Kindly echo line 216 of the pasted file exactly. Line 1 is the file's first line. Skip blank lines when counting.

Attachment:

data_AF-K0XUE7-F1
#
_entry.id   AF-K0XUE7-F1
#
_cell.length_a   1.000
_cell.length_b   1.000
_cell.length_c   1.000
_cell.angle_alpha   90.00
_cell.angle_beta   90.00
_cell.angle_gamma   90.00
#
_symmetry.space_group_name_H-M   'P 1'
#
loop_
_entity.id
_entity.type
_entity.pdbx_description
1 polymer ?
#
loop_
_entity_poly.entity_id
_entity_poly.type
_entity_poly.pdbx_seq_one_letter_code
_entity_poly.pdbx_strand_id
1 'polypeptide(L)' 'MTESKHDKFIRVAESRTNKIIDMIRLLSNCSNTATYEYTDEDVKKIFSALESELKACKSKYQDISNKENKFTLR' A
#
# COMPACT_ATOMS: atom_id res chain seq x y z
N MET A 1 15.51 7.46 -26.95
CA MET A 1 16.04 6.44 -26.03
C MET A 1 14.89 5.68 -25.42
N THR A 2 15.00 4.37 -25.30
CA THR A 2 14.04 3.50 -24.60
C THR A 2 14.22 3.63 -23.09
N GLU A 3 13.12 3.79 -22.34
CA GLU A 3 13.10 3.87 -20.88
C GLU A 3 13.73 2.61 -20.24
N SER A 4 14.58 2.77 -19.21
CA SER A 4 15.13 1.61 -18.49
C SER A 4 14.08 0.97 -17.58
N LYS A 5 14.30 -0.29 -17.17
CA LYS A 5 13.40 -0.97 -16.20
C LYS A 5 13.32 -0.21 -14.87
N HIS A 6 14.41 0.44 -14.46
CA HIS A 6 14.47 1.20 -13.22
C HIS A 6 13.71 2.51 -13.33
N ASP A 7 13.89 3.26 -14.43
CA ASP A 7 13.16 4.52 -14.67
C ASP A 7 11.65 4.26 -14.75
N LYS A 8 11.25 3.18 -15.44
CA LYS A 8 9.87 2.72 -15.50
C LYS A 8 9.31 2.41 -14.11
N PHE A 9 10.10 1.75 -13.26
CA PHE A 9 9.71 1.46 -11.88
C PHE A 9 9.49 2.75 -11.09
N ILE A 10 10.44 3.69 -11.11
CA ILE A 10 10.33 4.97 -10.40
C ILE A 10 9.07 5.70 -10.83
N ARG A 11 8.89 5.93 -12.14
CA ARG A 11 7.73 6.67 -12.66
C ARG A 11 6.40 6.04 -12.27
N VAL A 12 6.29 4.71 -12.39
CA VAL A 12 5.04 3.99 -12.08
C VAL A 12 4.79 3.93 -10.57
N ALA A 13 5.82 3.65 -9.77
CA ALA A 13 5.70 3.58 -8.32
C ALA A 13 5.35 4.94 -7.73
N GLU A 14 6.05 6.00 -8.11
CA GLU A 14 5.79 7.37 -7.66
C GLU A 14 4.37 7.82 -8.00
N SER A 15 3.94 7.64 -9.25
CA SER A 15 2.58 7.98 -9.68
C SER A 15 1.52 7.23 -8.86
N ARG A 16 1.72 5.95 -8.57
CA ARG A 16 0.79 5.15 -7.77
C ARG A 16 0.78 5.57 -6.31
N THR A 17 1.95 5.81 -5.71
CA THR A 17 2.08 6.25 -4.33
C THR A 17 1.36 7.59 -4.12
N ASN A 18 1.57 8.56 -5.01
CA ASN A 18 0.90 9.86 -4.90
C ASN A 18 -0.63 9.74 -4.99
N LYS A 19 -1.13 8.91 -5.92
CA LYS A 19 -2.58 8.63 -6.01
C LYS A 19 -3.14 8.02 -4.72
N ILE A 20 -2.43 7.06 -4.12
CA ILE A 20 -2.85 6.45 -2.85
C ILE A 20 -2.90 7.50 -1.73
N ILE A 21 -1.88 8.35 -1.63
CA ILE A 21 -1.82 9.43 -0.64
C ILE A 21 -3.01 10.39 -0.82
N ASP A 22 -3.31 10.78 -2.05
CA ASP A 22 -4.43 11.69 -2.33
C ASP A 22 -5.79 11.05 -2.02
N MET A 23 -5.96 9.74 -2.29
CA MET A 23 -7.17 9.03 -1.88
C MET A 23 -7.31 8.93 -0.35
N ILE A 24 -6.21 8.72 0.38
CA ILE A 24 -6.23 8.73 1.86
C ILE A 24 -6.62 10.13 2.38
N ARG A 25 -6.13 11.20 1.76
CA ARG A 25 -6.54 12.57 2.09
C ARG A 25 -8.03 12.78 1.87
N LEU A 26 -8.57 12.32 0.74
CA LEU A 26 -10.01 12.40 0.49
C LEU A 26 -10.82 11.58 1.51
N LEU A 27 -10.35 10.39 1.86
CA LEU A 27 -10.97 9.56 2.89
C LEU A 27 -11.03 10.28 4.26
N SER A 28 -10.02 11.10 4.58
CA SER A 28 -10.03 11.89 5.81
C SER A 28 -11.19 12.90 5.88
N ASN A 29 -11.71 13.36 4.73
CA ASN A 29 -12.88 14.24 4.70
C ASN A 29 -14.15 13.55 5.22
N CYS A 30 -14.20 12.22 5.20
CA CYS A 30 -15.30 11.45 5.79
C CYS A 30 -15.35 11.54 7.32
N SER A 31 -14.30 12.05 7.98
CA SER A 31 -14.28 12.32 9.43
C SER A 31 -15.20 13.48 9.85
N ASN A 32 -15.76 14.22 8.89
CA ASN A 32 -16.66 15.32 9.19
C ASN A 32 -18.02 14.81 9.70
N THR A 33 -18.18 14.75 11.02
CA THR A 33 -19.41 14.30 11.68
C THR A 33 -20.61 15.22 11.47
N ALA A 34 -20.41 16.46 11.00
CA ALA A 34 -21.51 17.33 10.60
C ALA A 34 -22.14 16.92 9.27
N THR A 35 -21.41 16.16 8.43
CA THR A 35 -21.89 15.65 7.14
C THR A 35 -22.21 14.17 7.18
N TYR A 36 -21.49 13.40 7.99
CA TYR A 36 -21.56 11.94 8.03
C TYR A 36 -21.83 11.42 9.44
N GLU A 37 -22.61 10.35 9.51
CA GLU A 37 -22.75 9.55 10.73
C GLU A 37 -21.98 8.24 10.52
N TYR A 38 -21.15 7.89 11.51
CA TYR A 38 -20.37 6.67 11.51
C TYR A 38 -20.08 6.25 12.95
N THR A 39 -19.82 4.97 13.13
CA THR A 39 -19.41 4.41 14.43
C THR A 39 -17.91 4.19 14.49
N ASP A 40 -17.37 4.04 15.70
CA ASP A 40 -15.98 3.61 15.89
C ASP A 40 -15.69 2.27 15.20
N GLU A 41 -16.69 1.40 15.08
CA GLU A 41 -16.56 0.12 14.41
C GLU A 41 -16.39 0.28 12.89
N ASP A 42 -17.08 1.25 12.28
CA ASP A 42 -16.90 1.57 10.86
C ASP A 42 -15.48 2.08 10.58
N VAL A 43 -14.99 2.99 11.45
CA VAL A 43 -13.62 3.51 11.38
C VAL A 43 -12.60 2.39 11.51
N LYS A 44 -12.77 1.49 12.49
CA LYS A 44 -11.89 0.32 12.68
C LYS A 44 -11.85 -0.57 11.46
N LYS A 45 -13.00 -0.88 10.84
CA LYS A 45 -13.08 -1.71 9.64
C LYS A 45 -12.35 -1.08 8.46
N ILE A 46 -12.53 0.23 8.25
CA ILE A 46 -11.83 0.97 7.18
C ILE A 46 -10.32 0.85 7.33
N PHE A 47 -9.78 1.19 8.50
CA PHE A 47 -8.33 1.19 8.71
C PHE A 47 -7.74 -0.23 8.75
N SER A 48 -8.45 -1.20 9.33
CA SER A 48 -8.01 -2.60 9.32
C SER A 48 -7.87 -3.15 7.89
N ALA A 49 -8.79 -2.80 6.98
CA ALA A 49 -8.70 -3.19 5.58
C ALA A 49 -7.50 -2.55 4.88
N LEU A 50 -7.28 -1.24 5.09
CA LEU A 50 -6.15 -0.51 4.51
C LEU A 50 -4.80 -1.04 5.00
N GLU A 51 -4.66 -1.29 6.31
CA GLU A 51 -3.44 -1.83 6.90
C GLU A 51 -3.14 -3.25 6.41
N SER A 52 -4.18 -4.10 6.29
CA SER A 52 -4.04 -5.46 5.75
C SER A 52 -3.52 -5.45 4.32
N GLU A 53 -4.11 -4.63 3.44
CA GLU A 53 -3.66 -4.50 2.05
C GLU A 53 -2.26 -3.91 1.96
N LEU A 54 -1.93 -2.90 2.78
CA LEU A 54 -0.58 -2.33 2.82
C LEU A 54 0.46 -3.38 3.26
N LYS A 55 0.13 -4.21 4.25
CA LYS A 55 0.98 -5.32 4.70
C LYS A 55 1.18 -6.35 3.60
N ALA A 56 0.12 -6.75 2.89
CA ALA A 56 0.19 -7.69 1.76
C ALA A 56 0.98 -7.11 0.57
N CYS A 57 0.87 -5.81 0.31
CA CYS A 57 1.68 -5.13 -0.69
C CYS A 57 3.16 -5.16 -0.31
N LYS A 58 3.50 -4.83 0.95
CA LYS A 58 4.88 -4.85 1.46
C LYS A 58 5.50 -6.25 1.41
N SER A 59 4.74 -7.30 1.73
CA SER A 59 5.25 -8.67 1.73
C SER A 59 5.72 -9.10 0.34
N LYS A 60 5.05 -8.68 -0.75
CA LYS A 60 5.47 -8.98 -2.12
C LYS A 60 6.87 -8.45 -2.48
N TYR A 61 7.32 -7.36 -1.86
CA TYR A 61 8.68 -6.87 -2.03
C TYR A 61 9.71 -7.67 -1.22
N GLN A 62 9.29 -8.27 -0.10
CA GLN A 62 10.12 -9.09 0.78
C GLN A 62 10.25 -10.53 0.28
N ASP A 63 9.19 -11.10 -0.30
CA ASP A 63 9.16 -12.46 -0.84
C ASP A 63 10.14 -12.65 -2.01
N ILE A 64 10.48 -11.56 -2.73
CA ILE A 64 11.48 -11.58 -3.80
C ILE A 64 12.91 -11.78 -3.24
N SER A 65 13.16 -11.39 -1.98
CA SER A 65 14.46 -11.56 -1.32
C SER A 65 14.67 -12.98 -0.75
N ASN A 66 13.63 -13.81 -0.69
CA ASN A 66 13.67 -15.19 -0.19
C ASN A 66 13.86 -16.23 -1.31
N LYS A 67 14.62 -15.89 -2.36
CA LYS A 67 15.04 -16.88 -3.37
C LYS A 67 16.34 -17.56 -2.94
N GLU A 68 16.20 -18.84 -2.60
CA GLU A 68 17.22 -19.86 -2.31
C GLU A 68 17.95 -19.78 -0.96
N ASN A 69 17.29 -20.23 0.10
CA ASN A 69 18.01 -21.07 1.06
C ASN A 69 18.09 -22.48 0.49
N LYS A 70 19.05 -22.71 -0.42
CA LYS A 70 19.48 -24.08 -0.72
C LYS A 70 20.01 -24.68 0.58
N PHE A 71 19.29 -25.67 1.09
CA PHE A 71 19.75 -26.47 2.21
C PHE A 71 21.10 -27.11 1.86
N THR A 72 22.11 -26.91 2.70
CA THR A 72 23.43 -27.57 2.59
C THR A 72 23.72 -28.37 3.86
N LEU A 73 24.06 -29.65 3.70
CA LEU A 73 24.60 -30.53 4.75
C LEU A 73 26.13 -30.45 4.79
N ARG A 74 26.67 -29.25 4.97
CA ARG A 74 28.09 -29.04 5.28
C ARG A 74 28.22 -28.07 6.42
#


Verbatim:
C ASP A 63 10.14 -12.65 -2.01